Our threshold for deletion/moderation is quiet high. We are fine with diverse views, it's the issue of delivery. I believe I have ever deleted one Duane comment and 2 LOL comments (I don't really understand those), nothing else that isn't clearly spam.
I have an issue with questions we get. If the question is one of trying to understand, that is fine. But there are some perfectly respectful questions that are put up (at least in wording) that are hostile in tone. They aren't rude, but they aren't put up out of curiosity, but to provoke. How do you X? With the sense of "Are you Still beating your grandmother?" The question is meant to evoke an answer so that they can inform me what I'm doing wrong and what I should be saying to my patients. Since I don't answer these questions (this blog is not about my justifying my personal practice of psychiatry to be critiqued by people who've never met me or my patients)...then we get responses of Why Didn't You Answer, See Psychiatrists are Refusing to Engage.... nothing in the wording is rude, but the intent is to provoke in order to move forward a personal agenda, and so these will now be moderated out (or ignored as we've done in the past).
There's nothing wrong with comment moderation whatsoever. Do it without guilt! The internet isn't an idyllic haven of perfect democracy - it's a place for people to gather and exchange ideas, and repetitive, unfocused, or hateful comments work against your blog's purpose.
On a side-note: I'll never understand why people take "meds don't work for me" and extrapolate to "meds are terrible and we shouldn't let *anyone* use them." I would be lost without my Lexapro!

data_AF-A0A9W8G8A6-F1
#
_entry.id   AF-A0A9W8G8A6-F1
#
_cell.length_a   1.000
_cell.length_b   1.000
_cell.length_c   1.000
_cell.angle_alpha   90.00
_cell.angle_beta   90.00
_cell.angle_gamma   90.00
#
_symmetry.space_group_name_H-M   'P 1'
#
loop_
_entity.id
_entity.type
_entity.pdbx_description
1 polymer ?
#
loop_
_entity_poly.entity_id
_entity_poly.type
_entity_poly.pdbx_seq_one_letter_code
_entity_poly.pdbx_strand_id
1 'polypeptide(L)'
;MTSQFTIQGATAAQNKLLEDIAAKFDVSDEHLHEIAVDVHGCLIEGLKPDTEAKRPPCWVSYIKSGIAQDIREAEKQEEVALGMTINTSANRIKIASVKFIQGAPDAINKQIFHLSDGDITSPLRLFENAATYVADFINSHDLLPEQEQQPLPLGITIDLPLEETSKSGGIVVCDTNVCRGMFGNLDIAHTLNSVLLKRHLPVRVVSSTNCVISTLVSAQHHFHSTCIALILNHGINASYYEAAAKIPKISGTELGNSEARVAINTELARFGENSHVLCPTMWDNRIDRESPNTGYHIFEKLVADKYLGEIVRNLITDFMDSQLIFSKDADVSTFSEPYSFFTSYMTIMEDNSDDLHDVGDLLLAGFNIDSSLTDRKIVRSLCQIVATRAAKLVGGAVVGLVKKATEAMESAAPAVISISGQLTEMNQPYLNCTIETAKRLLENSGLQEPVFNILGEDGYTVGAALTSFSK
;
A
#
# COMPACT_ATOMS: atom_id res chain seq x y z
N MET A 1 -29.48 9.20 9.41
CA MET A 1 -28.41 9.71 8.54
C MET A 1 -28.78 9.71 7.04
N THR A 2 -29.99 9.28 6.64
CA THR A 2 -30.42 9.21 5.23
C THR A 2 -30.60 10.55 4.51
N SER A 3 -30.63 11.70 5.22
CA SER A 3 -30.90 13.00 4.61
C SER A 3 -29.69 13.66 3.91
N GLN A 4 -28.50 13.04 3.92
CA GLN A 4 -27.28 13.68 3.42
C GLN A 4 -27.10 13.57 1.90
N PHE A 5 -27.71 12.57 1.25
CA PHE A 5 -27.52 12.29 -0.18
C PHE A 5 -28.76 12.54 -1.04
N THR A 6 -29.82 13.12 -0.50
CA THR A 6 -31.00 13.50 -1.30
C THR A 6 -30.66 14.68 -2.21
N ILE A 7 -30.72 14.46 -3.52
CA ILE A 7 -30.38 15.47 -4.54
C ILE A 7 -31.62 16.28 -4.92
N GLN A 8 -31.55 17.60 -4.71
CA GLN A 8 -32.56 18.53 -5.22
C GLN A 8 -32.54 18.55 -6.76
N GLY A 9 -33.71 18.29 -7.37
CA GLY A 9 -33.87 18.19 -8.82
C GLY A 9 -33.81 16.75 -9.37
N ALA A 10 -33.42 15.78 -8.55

For what it's worth, the Blogger spam filter has been catching a lot of non-spam lately. If your comment doesn't appear right away, please don't repost or we'll have to weed out the duplicate comments in the spam filter. I just freed 7 comments.
As the owners of this blog decide for yourselves as blog authors how you want to control the comment section. This has turned into a drama that belongs on a patient blog if anywhere, it's hard to imagine Dinah being a professional ranting with this many posts about it. It makes me wonder howe she is with clients, does she impose her views upon them? does she go home and rant away there too?
It's a complete turn off, and it's taking the credibilty of the blog down a few notches, it gives the profession an image of whining, complaining and wishy-washy thinking.
Make up your minds, implement a comment policy, post it in the fine print somewhere and end this non sense.
Clearly the vote so far appears to be wanting controlled comments displayed only, so get on with it, and get over it, not everyone in this world agrees on subjects, and this is one where it clearly is reflecting the blog, so people who don't believe in what the 3 Shrinks do, may as well take a hike, the welcome mat is rolled up, you've been sent to your room.
That said, pass the bowl of chips, because yes I'd say this in your living room.
I didn't mean what I said to be accusatory, it was just an observation about what can happen when it's unclear as to whether something was deliberate or a computer error. The comments I mentioned may have been before you guys figured out that there was a temperamental spam filter-- this was awhile ago, I don't even remember what they were now. The first time I figured it must have been a Blogger error, but it happened a couple of times and I'm a bit dense and can never be completely sure that I haven't said something that bothered somebody.